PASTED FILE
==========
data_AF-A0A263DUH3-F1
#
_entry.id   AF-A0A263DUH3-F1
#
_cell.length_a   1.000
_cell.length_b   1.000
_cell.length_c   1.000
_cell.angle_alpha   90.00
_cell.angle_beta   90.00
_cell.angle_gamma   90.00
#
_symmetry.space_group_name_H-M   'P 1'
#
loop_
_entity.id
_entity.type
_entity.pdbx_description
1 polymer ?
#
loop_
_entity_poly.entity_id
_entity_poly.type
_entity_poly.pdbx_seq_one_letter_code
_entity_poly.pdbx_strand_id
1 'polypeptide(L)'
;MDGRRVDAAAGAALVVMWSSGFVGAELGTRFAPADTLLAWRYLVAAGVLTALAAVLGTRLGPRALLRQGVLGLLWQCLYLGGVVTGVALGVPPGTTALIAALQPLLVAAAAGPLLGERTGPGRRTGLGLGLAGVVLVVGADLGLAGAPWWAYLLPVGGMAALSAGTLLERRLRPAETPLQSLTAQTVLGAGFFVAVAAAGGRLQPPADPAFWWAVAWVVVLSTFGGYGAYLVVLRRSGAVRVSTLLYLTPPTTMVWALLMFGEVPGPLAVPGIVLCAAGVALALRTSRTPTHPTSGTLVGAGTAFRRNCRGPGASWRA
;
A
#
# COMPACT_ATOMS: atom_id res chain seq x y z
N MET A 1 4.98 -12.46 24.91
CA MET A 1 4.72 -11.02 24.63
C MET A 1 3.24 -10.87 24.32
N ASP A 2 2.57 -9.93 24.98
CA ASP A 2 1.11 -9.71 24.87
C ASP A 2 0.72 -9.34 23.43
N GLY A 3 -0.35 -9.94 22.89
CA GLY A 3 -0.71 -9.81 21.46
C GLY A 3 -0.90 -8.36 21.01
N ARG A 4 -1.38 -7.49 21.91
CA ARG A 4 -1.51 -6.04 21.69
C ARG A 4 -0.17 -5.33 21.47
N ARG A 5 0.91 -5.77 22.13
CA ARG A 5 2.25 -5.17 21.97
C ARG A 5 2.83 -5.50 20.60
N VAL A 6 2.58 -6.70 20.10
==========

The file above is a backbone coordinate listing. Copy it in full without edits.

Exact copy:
data_AF-A0A263DUH3-F1
#
_entry.id   AF-A0A263DUH3-F1
#
_cell.length_a   1.000
_cell.length_b   1.000
_cell.length_c   1.000
_cell.angle_alpha   90.00
_cell.angle_beta   90.00
_cell.angle_gamma   90.00
#
_symmetry.space_group_name_H-M   'P 1'
#
loop_
_entity.id
_entity.type
_entity.pdbx_description
1 polymer ?
#
loop_
_entity_poly.entity_id
_entity_poly.type
_entity_poly.pdbx_seq_one_letter_code
_entity_poly.pdbx_strand_id
1 'polypeptide(L)'
;MDGRRVDAAAGAALVVMWSSGFVGAELGTRFAPADTLLAWRYLVAAGVLTALAAVLGTRLGPRALLRQGVLGLLWQCLYLGGVVTGVALGVPPGTTALIAALQPLLVAAAAGPLLGERTGPGRRTGLGLGLAGVVLVVGADLGLAGAPWWAYLLPVGGMAALSAGTLLERRLRPAETPLQSLTAQTVLGAGFFVAVAAAGGRLQPPADPAFWWAVAWVVVLSTFGGYGAYLVVLRRSGAVRVSTLLYLTPPTTMVWALLMFGEVPGPLAVPGIVLCAAGVALALRTSRTPTHPTSGTLVGAGTAFRRNCRGPGASWRA
;
A
#
# COMPACT_ATOMS: atom_id res chain seq x y z
N MET A 1 4.98 -12.46 24.91
CA MET A 1 4.72 -11.02 24.63
C MET A 1 3.24 -10.87 24.32
N ASP A 2 2.57 -9.93 24.98
CA ASP A 2 1.11 -9.71 24.87
C ASP A 2 0.72 -9.34 23.43
N GLY A 3 -0.35 -9.94 22.89
CA GLY A 3 -0.71 -9.81 21.46
C GLY A 3 -0.90 -8.36 21.01
N ARG A 4 -1.38 -7.49 21.91
CA ARG A 4 -1.51 -6.04 21.69
C ARG A 4 -0.17 -5.33 21.47
N ARG A 5 0.91 -5.77 22.13
CA ARG A 5 2.25 -5.17 21.97
C ARG A 5 2.83 -5.50 20.60
N VAL A 6 2.58 -6.70 20.10